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Security & privacy

Outsmart scammers! Fake delivery and shipping text red flags

If you thought Black Friday was a big deal this year, Cyber Monday completely blew it out of the water. Adobe Analytics reports that shoppers collectively spent $10.8 billion over 24 hours, making it the single biggest e-commerce day in history.

If you’re like many shoppers after the start of the holiday shopping season, you probably have several items on the way. That’s why you need to be extra careful of scams targeting those waiting for deliveries. Tap or click here to see an example of a scam delivery notice.

The 2020 holiday shopping season could be one of the worst ever for cybercrime. If you want to protect yourself, here’s what you need to do.

If any of these notifications arrive on your phone, delete them

SMS phishing (also known as “smishing”) and delivery scams have grown to epidemic proportions this year, and the problem looks like it will only get worse if the breakneck pace of online holiday shopping continues.

These text message scams commonly impersonate real delivery companies. Victims have reported messages claiming to come from Amazon, UPS, FedEx and even Apple. Tap or click here to see why this iPhone 12 delivery message is fake.

The texts include urgent-sounding language about your account’s status or online order, and clicking the link they contain will take you to a malicious website. Some versions of the scam rely on emails instead of text messages to lure victims.

If you enter personal or financial information on one of these sites, that data is sent to the scammers running the operation.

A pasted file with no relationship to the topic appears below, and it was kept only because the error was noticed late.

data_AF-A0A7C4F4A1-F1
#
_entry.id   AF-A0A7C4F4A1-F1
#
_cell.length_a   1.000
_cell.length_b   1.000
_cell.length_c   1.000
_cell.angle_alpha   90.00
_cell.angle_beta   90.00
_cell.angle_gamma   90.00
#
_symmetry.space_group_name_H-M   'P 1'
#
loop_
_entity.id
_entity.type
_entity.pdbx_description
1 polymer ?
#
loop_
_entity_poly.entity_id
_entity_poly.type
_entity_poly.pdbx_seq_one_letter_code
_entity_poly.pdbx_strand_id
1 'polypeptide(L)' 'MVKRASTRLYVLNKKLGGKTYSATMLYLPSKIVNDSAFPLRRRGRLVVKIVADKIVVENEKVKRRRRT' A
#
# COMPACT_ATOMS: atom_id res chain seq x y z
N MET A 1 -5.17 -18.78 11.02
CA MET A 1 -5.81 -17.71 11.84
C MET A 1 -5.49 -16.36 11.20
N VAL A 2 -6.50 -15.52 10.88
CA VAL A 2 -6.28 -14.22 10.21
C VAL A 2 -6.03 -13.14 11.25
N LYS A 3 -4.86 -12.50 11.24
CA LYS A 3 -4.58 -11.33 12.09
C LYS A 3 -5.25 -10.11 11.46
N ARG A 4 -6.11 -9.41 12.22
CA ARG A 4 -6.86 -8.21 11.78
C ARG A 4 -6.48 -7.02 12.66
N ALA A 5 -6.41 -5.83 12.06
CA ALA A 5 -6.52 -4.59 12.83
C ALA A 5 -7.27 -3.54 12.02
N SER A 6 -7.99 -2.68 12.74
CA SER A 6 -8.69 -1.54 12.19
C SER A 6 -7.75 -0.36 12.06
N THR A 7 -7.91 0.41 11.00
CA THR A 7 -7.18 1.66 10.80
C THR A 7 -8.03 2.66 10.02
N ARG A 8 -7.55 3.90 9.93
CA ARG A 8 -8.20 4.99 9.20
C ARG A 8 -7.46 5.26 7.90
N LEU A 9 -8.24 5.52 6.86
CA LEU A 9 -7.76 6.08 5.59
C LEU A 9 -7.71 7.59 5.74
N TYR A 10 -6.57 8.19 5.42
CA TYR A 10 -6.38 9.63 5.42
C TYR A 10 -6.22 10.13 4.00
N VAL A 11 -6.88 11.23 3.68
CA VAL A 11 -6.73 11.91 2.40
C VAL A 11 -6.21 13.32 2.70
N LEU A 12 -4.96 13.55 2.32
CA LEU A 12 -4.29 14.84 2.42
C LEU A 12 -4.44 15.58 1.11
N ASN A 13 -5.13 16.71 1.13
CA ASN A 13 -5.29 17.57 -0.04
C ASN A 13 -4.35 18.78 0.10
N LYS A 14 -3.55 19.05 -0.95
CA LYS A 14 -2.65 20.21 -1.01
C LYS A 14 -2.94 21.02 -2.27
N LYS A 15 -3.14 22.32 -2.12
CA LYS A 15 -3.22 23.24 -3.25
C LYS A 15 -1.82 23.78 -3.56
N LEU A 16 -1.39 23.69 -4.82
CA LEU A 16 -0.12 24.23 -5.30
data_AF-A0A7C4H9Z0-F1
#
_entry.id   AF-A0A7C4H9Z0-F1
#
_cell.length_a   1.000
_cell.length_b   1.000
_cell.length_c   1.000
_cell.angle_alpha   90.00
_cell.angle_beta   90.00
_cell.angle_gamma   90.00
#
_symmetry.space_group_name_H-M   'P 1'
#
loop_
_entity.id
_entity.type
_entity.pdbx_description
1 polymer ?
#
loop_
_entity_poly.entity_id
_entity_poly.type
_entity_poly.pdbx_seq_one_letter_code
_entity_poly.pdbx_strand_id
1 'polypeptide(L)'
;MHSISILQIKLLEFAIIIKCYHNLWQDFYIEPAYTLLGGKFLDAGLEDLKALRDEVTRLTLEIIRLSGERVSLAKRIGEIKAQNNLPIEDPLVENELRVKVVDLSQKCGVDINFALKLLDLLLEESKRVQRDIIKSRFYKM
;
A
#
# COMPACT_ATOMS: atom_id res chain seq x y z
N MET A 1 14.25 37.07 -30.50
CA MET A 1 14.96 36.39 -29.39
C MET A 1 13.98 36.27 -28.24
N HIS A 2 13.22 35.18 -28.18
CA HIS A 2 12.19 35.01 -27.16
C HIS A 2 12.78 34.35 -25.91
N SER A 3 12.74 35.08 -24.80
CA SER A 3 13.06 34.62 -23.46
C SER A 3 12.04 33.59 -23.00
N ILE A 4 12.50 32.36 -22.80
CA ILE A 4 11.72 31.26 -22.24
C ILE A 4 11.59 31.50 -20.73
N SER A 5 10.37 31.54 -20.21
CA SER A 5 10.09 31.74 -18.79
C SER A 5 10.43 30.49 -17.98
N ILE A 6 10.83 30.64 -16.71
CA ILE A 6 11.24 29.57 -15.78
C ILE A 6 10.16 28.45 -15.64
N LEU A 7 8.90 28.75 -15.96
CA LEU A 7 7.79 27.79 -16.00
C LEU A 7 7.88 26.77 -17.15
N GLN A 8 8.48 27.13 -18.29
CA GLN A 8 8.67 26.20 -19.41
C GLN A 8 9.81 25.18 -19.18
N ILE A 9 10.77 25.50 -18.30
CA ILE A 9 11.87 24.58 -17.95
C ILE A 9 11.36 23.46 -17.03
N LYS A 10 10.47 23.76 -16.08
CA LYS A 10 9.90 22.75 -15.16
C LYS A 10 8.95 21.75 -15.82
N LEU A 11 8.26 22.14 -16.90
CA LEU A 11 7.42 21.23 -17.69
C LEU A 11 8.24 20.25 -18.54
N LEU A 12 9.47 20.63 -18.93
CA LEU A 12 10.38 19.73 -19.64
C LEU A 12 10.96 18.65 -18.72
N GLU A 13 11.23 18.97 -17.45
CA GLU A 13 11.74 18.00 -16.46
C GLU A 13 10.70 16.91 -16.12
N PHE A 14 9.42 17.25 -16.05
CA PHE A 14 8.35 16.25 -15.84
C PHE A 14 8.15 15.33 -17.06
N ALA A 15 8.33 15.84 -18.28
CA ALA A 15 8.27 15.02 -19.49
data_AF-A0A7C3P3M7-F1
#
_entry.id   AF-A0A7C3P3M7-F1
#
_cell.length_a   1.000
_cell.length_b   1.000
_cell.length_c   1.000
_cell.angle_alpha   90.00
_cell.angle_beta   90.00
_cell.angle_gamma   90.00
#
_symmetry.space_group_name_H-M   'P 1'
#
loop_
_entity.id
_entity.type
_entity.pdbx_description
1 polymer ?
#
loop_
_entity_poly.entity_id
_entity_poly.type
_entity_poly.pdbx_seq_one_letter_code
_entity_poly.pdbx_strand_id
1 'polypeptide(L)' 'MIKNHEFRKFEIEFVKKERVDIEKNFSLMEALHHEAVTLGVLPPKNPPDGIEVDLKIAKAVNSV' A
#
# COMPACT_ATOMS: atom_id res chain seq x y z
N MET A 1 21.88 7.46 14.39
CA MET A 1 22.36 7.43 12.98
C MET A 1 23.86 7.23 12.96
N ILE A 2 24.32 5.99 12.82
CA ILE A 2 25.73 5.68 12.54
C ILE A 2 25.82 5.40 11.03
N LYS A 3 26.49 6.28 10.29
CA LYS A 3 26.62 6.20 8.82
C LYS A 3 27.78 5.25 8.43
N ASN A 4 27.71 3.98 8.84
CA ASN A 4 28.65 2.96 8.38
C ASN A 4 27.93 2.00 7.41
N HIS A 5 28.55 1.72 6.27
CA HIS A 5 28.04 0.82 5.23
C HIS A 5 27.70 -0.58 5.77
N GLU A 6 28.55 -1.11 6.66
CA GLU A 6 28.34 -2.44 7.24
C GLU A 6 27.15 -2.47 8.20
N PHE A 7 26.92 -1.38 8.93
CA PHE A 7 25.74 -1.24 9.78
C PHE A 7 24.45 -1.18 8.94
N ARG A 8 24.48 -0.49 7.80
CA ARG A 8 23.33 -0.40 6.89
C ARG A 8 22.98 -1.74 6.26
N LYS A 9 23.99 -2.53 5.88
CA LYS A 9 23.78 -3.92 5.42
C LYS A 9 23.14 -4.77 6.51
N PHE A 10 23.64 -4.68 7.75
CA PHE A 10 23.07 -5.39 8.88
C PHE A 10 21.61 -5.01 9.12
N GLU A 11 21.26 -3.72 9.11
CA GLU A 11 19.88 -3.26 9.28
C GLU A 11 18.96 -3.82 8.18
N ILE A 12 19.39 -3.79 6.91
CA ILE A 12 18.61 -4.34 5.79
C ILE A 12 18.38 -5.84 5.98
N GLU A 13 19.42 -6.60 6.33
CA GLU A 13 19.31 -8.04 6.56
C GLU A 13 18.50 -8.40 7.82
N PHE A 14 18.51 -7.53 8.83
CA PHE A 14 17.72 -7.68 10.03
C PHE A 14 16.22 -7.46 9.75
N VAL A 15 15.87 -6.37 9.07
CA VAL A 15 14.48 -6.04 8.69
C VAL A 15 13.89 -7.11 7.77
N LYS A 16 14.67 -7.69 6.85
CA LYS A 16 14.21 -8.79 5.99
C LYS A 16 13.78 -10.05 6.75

Some scammers will actually call you by your first name or reference your address to disguise themselves further. This information usually comes from data breaches and leaks.

Tap or click here to see if your personal information is being bought or sold because of a data breach.

Watch for these red flags

If you’re expecting real delivery updates for your online orders, it can be easy to get fooled by one of these scams. To prevent yourself from falling for phishing attacks, look for the following red flags:

  • Spelling and grammar mistakes: Many of these phishing scams are run out of foreign countries where English isn’t the primary language. You may see unusual grammar or spelling errors on fraudulent delivery alerts. Real delivery services or shopping sites like Amazon (all based in the U.S.) will not have these errors.
  • Urgent or threatening language: Delivery scams will often pressure victims to click the malicious link by making it sound as if something bad will happen if you don’t respond. If a message includes threats to freeze your account, hold your package or charge you a fee, ignore it.
  • Payment requests: Some variations of the delivery scam will ask victims to pay a deposit or confirm payment information. You should never, under any circumstances, share financial information through text or email.
  • Spoofed numbers: Scammers will spoof official phone numbers to mask their identity. A telltale sign that the call isn’t real is a mismatched area code. The following error codes have been flagged as part of known scam campaigns: 917, 765, 646, 470, 347 and 332.

I fell for one of these scams! What can I do?

If you shared information with a scammer by mistake, you still have some options to protect yourself. But you must act quickly, or you could be at risk of losing money, data and potentially your identity.

  • If you gave a scammer payment information like a credit card number or bank account, call your bank or card issuer to let them know you’re at risk for fraud. Ask them to mail you a new card and request that your old one is canceled. You can also ask that your account be monitored for fraud.
  • If you already lost money, tell your bank or card issuer you were defrauded. Ask if there are any fraud recovery options. Some financial institutions may be able to recover your lost money if you act fast enough.
  • Change any passwords you use for banking apps and set up two-factor authentication to prevent unauthorized logins. Tap or click here to see how to activate 2FA for your bank apps.
  • Check to see if any of your data has been stolen. Change the passwords for any compromised accounts.

These scams keep happening over and over again because they’re effective. Half the time, victims don’t even know they’re getting tricked until they see the money drain from their bank account. For the good of your wallet, delete these texts!

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